Mini pedals are so hot right now: not only are they cheap as (integrated circuit) chips, but their teeny size means you can cram more on your pedalboard or shrink your existing rig - and that's where we come in.
On the following pages, we'll guide you through everything you need know when putting together your own mini pedalboard, including sizing, cabling, power and bypass.
Tread the 'boards
Once you have the pedals, you need something to stick 'em on. The Pedaltrain Nano (£45, as seen in the intro), Hotone Skyboard Junior and Diago Sprinter (both £39.99) all offer similar dimensions.
The most creative mini 'board we've seen is Mooer's Stomplate Mini (£79.99), which offers a foldable design, allowing you to arrange up to 10 pedals in two rows, one long row, or spread around you. All these options come with Velcro for attaching bonding pedal to 'board, and gigbags for easy transport, too!
The cable guide
If you're working with a small pedalboard, not only will you want short cables, but you'll want small connectors, too. The most compact connectors we've found are six-inch Hosa low-profile patch cables (£4.95 each), with pancake jacks.
If you want to go the build-your-own route, Diago's pricey Patchfactory – the £64.99 kit makes five cables – also offers compact plugs, plus you can wire them to whatever length you desire.
You have your minis, but you can't use batteries with 'em… Yep, you're gonna need a power supply.
Before you invest, you need to work out how much each pedal draws, measured in mA - you should be able to find the figure buried away in each pedal's manual. Add all the mA draws up, and that's how much your pedals need.
If you're lucky – and you're not running any power-hungry digital delays or reverbs - you could get away with buying a daisy chain cable and running all your pedals off a standard nine-volt 'wall-wart' power supply, provided it's low noise and designed for fuelling stompboxes.
If you need more juice, we'd point you towards the Diago Micropower9 (£32.99), which puts out a mighty 1,000mA, or the Pedaltrain Volto (£79), a rechargeable supply that delivers 2,000mA - simply charge it before a gig, and you can run your minis without a power lead trailing from your pedalboard: ace!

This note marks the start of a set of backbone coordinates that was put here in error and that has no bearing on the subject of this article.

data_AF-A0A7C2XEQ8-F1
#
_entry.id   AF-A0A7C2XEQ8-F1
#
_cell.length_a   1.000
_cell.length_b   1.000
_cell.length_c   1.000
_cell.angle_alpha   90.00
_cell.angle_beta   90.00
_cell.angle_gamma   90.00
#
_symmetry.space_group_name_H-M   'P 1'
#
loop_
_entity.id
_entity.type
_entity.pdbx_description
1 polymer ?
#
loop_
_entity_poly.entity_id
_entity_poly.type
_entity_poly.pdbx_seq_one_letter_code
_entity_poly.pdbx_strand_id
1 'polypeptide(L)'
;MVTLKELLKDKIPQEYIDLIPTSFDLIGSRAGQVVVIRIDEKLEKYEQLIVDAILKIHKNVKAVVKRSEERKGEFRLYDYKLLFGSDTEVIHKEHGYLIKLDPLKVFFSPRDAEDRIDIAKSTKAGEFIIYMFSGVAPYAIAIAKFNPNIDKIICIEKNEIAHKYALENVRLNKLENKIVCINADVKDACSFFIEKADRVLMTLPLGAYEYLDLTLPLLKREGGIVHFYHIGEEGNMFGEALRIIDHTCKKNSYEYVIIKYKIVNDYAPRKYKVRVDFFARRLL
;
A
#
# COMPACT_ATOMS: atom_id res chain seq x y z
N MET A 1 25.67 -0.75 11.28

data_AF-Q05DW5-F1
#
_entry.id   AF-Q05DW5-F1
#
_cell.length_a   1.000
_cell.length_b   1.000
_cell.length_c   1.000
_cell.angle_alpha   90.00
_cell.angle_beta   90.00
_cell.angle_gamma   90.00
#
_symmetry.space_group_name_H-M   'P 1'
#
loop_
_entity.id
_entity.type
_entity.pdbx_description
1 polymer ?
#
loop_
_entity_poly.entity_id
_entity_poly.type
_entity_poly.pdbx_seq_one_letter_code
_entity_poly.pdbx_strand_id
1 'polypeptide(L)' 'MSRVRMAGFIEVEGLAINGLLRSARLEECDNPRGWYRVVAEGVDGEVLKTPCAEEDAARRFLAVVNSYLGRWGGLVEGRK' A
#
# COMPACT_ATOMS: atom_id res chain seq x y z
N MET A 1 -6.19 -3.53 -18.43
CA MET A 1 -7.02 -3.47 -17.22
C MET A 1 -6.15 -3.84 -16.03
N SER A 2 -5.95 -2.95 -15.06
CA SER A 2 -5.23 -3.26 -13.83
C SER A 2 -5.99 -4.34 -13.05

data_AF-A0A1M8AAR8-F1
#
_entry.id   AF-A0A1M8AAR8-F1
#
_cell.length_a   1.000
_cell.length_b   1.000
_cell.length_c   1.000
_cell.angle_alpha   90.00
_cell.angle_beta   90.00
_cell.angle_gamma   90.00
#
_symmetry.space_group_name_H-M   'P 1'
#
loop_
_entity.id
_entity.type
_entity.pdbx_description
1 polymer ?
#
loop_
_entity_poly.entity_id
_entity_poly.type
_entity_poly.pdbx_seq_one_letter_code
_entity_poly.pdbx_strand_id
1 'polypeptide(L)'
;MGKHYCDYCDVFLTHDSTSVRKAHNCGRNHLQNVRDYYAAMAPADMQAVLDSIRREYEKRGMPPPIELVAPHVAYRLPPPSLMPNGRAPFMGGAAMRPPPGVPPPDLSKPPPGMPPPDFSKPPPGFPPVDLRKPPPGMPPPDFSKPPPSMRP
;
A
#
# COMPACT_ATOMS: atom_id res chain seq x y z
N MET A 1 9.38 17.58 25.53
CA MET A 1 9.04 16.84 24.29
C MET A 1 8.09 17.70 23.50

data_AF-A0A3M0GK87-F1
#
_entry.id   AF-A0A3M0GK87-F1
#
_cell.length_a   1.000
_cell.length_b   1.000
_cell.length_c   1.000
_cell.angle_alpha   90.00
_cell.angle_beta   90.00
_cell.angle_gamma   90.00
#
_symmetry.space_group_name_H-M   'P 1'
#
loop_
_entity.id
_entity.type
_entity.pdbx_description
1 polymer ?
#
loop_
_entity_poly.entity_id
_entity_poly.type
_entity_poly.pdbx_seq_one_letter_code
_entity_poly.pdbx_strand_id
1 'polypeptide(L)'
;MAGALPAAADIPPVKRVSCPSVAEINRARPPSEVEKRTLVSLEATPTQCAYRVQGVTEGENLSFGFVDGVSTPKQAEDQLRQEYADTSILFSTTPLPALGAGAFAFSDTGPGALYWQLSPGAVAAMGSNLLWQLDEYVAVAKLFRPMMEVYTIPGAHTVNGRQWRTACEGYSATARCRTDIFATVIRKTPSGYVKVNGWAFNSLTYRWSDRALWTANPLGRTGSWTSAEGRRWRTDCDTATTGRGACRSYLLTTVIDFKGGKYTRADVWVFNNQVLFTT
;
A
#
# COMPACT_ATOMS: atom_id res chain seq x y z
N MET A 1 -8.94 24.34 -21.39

If you're experiencing hum or noise from running all your pedals from one supply, you may need an isolated PSU, where each pedal receives its own supply via the use of a transformer.
A lot of these are pretty bulky, but smaller solutions do exist, such as T-Rex's Fuel Tank Junior (£110), which features five isolated outputs, and the Cioks DC5 Link (£112.50), which offers nine, 12 and 18-volt outputs - both fit under a Pedaltrain Nano or Mini.
Don't worry if you have more pedals than outputs, too; you can still daisy chain from one output, provided you don't get any noise or exceed each output's mA capacity.
True bypass has become a buzzword in recent years, and in theory, it's a good thing: when your pedal's off, the signal passes directly from the input to the output, without going through any tone-altering circuitry.However, that also means you're introducing an almighty length of cable once you add up all those patch leads, which will suck the treble right out of your preciously put-together rig.
The solution is to introduce a buffered pedal to your 'board - a buffer is essentially a device that converts a high-impedance signal (ie, the signal from your pickups) into a low-impedance signal, which allows it to travel further without losing high-end. However, getting one onto a compact pedalboard isn't easy, since true bypass is the standard on the most mini pedals.
Short of adding one of the few minis with buffers (such as Joyo's JF-318 Quattro or JF-317 Space Verb), the best solution is to either buy a dedicated mini buffer (such as the JHS Pedals Little Black Buffer, £69) or leave a pedal permanently on - if you're a guitarist who can't play without a boost, EQ or overdrive early in the chain, you're already set. And if you use a guitar with active pickups, their built-in preamp will carry your signal through all the pedals, no sweat.